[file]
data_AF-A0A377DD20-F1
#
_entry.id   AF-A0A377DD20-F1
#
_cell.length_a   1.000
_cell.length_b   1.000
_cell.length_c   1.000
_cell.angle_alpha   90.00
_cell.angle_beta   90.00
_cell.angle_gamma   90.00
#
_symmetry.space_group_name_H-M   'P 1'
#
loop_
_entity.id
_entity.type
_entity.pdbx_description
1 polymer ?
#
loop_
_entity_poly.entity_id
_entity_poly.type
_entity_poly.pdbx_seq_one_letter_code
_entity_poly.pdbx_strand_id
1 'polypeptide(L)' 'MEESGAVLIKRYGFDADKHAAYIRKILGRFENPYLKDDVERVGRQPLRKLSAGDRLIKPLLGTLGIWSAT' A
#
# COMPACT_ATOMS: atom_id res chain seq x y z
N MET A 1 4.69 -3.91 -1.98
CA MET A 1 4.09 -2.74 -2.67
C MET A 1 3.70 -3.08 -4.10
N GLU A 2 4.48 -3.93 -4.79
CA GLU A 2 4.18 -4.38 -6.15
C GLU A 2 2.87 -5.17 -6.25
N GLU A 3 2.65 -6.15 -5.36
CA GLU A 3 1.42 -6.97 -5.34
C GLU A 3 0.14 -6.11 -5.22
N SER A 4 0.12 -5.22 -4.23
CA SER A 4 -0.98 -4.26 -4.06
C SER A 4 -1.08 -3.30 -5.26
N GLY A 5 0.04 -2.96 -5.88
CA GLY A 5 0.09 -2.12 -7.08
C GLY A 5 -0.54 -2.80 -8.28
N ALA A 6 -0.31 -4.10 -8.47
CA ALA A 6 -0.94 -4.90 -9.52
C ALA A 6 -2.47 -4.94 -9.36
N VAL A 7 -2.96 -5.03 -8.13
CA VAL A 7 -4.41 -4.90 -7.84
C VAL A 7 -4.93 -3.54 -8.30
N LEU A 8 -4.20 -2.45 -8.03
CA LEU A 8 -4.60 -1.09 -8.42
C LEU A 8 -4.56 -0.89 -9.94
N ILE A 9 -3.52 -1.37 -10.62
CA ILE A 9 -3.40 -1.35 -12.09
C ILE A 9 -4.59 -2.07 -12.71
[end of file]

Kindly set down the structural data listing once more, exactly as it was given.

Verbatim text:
data_AF-A0A377DD20-F1
#
_entry.id   AF-A0A377DD20-F1
#
_cell.length_a   1.000
_cell.length_b   1.000
_cell.length_c   1.000
_cell.angle_alpha   90.00
_cell.angle_beta   90.00
_cell.angle_gamma   90.00
#
_symmetry.space_group_name_H-M   'P 1'
#
loop_
_entity.id
_entity.type
_entity.pdbx_description
1 polymer ?
#
loop_
_entity_poly.entity_id
_entity_poly.type
_entity_poly.pdbx_seq_one_letter_code
_entity_poly.pdbx_strand_id
1 'polypeptide(L)' 'MEESGAVLIKRYGFDADKHAAYIRKILGRFENPYLKDDVERVGRQPLRKLSAGDRLIKPLLGTLGIWSAT' A
#
# COMPACT_ATOMS: atom_id res chain seq x y z
N MET A 1 4.69 -3.91 -1.98
CA MET A 1 4.09 -2.74 -2.67
C MET A 1 3.70 -3.08 -4.10
N GLU A 2 4.48 -3.93 -4.79
CA GLU A 2 4.18 -4.38 -6.15
C GLU A 2 2.87 -5.17 -6.25
N GLU A 3 2.65 -6.15 -5.36
CA GLU A 3 1.42 -6.97 -5.34
C GLU A 3 0.14 -6.11 -5.22
N SER A 4 0.12 -5.22 -4.23
CA SER A 4 -0.98 -4.26 -4.06
C SER A 4 -1.08 -3.30 -5.26
N GLY A 5 0.04 -2.96 -5.88
CA GLY A 5 0.09 -2.12 -7.08
C GLY A 5 -0.54 -2.80 -8.28
N ALA A 6 -0.31 -4.10 -8.47
CA ALA A 6 -0.94 -4.90 -9.52
C ALA A 6 -2.47 -4.94 -9.36
N VAL A 7 -2.96 -5.03 -8.13
CA VAL A 7 -4.41 -4.90 -7.84
C VAL A 7 -4.93 -3.54 -8.30
N LEU A 8 -4.20 -2.45 -8.03
CA LEU A 8 -4.60 -1.09 -8.42
C LEU A 8 -4.56 -0.89 -9.94
N ILE A 9 -3.52 -1.37 -10.62
CA ILE A 9 -3.40 -1.35 -12.09
C ILE A 9 -4.59 -2.07 -12.71